For those who are very urgent to know the citations, that’s 1Cor 1:10-17, 3:10-23.

Now, it might be useful for you to review Acts 18 in order to remember how Paul reached the Corinthians. But think about this: Paul, the apostle, is telling the Corinthians, “listen: you are called by God (1 Cor 1:2) to be saints, and to that end you are enriched by God with the right words and right knowledge. So when I hear that you are trying to follow men instead of Christ who saved you, I wonder what it is you think you are doing.”

And in all of Chapter 2 and all of Chapter 3, Paul is all over the litany of examples of people with circumcised flesh but uncircumcised hearts, and how men think they are wiser than God until God makes fools of them.

But Paul doesn’t end his concern with a sort of “you knuckleheads” dismissal of the Corinthians: he ends this section with what I would call a beautiful image of who they are if Christ has saved them: they are temples of God, a place where the Spirit “dwells”. Think about that: it’s the same word Paul uses a little later in 1Cor 7 for what a wife ought to do with her husband – that is, to make a home. The Greek verb actually comes from the noun “oikos” or “house”.

And think on that: what we are doing when we take up sides against our brothers and sisters in a local church is reproaching the dwelling-place of the Holy Spirit.

Now, I hear the objections already: “Cent, these guys want to use a fire truck for a baptistery”, “Cent: these crackers want childrens’ church to be a fraud”, “Cent: these people want to let a woman speak from the pulpit.”

I hear you. I know what you’re objecting to because I object to these things. I reject those things.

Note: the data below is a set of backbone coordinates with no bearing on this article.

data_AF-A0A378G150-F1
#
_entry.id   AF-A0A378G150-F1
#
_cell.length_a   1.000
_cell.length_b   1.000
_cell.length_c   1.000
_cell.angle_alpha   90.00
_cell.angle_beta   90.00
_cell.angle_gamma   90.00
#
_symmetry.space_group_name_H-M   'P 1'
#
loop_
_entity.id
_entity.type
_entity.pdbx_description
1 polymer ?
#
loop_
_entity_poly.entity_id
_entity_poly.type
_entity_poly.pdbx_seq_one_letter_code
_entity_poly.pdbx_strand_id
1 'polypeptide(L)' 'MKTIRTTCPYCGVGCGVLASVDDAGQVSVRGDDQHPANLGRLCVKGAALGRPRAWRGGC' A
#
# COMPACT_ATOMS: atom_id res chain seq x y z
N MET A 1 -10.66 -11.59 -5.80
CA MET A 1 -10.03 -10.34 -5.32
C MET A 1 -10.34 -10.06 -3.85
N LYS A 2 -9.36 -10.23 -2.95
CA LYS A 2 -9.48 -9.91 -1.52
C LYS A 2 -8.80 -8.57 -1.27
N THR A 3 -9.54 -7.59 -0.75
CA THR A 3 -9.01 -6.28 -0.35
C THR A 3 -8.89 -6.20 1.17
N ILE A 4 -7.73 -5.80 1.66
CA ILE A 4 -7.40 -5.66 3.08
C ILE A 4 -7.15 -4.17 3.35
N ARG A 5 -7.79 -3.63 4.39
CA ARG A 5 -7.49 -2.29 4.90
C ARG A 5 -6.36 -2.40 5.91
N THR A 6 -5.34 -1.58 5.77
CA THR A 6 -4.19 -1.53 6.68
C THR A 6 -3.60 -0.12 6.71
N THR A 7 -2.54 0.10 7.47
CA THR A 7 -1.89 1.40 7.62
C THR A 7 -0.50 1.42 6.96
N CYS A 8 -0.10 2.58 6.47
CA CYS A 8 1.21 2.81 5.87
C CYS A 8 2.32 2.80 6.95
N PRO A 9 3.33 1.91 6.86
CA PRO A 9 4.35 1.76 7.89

I do not reject those in whom the Holy Spirit dwells who, in my local church, do not reject those things. That doesn’t mean they get a free pass and a piece of the budget to enact their ideas, but it does mean that I will approach them as if they have the Spirit of God living inside them.

Because you know something: the Bible tells me so. If my church starts siding up saying, “I’m on Pastor’s side” or “I’m on the Deacon’s side” or “I’m with you, cent,” or “By Gawd I am on the BUY-bul’s side,” that’s all trash. That’s self-important hogwash – it’s jockeying for position, which is ultimately what Paul is condemning in this first part of this first letter.

What Paul says here to the Corinthians is that what is critical is not to elevate yourself by association but to elevate others by association. That last part of this passage – “all are yours, and [all of] you are Christ's, and Christ is God's” – simply sends out a trumpet blast of clarity which you have to put into your theological orchestra. The question is not “am I part of Christ and a dwelling-place of God” (which is a high honor – a humbling honor, yes?), but “Aren’t all of us in Christ and a dwelling place for God?”

All of you. Even that person who can’t tell the difference between “oikos” and “oinos”. Even those of us who can. There is a dignity which is required in the house of God, and if we cannot demonstrate it, we condemn ourselves.

I have some more on this which I will turn out tomorrow. Until then, take care of yourself as you are the dwelling place of the Holy Spirit.